Your vehicle doesn’t accelerate over a specific limit:

Suppose your baby ride accelerates up to a point and won’t go above that speed; it indicates your APP sensor isn’t able to send accurate throttle positioning signals. The result is poor engine performance.

The engine does not run effectively:

If the accelerator pedal position sensor is working inappropriately, it will have problems with fuel efficiency. Aside from sending the driver’s input to the throttle body, it stabilizes the throttle control.

It is designed to take command from the driver and maintains a steady fuel pressure as it sends the driver’s input to the ECU, then to the throttle body. If the sensor fails to send appropriate readings due to a loose wire, corroded connectors, or broken wires, it will negatively affect your fuel economy.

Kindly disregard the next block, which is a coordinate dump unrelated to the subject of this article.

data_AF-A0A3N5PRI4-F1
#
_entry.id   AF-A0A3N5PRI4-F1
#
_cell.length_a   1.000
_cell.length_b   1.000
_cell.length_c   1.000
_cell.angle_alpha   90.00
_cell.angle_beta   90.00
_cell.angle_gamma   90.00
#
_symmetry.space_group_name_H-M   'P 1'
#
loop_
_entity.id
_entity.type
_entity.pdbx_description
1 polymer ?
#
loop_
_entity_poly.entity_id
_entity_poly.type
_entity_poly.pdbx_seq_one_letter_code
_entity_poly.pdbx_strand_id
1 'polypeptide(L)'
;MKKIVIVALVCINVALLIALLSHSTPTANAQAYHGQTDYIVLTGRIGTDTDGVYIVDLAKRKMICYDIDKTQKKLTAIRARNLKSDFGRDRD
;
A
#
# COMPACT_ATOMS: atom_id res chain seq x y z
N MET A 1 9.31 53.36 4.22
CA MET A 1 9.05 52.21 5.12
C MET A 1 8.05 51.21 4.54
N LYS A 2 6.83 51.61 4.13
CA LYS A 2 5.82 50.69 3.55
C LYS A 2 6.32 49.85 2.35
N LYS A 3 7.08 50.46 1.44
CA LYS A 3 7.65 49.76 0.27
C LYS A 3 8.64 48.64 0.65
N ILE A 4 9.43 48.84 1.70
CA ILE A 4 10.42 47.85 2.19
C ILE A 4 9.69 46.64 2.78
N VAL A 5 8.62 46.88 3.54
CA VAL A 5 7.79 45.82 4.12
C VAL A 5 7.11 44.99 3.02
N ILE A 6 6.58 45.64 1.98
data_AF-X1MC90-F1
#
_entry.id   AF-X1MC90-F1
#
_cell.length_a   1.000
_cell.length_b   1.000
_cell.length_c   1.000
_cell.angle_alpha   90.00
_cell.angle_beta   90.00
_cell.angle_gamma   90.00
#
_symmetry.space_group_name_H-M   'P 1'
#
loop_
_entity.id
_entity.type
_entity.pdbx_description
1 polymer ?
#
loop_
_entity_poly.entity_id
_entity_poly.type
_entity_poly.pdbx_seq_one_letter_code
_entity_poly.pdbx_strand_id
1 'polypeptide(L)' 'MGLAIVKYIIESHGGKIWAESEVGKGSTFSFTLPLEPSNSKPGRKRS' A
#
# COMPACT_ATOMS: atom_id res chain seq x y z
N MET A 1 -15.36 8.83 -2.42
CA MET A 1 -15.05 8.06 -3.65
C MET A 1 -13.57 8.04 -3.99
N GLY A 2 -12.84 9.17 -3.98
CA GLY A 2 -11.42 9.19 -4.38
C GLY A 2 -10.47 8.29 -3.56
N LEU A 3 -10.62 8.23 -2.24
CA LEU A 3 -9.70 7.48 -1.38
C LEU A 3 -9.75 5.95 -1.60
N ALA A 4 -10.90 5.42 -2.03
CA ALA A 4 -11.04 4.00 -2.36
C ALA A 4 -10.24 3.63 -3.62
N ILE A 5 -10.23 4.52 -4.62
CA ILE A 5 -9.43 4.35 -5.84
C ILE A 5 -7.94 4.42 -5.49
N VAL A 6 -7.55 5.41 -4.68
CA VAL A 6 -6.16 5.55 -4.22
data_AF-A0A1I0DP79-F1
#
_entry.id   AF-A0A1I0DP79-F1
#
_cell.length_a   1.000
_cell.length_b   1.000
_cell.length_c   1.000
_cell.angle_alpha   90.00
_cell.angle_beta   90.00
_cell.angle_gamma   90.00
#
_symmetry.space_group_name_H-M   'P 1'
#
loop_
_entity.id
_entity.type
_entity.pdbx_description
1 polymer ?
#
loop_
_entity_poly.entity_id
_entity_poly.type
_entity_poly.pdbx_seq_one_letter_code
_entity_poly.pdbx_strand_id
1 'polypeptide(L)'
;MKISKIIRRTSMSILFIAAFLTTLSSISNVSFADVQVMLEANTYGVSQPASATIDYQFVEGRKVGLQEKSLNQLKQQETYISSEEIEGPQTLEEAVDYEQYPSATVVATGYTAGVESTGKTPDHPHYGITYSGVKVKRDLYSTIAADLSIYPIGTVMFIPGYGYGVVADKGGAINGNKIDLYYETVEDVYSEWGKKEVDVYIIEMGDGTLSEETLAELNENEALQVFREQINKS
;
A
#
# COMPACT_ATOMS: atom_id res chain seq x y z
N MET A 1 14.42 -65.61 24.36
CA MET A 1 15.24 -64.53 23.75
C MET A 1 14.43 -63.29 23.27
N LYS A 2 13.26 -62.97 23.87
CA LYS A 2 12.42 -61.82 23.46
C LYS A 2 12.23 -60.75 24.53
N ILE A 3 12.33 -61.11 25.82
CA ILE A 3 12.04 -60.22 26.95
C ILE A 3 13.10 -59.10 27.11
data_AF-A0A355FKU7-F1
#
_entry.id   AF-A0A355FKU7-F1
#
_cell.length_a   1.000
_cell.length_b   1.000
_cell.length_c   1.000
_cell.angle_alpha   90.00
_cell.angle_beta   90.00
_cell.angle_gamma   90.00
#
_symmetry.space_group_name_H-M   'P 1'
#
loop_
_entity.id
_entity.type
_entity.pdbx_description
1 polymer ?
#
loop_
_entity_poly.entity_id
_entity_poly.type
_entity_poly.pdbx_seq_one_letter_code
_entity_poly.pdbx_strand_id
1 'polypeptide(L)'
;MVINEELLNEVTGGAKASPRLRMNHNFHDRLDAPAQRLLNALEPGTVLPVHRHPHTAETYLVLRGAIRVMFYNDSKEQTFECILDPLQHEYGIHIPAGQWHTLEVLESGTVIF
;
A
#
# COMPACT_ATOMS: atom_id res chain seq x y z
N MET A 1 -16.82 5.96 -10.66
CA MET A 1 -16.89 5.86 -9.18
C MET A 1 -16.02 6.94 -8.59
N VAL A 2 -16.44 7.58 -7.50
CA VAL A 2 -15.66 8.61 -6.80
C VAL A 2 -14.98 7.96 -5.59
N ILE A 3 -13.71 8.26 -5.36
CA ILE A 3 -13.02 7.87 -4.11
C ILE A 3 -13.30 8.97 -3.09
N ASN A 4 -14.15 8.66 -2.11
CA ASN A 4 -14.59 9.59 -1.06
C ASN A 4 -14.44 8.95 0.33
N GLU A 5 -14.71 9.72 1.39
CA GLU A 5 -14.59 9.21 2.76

Inconsistent acceleration:

When you depress the gas pedal, your engine should respond immediately. But if the accelerator pedal position sensor fails, the car’s ability to instantly accelerate or decelerate as the driver depresses the gas pedal will drastically reduce. This can cause road hazards as the driver does not have complete control of the vehicle.

You need to stop driving once you notice inconsistent acceleration. If uneven acceleration occurs, ensure you pull your car off the road in a safe place and contact your dealership or mechanic to diagnose and fix the problem.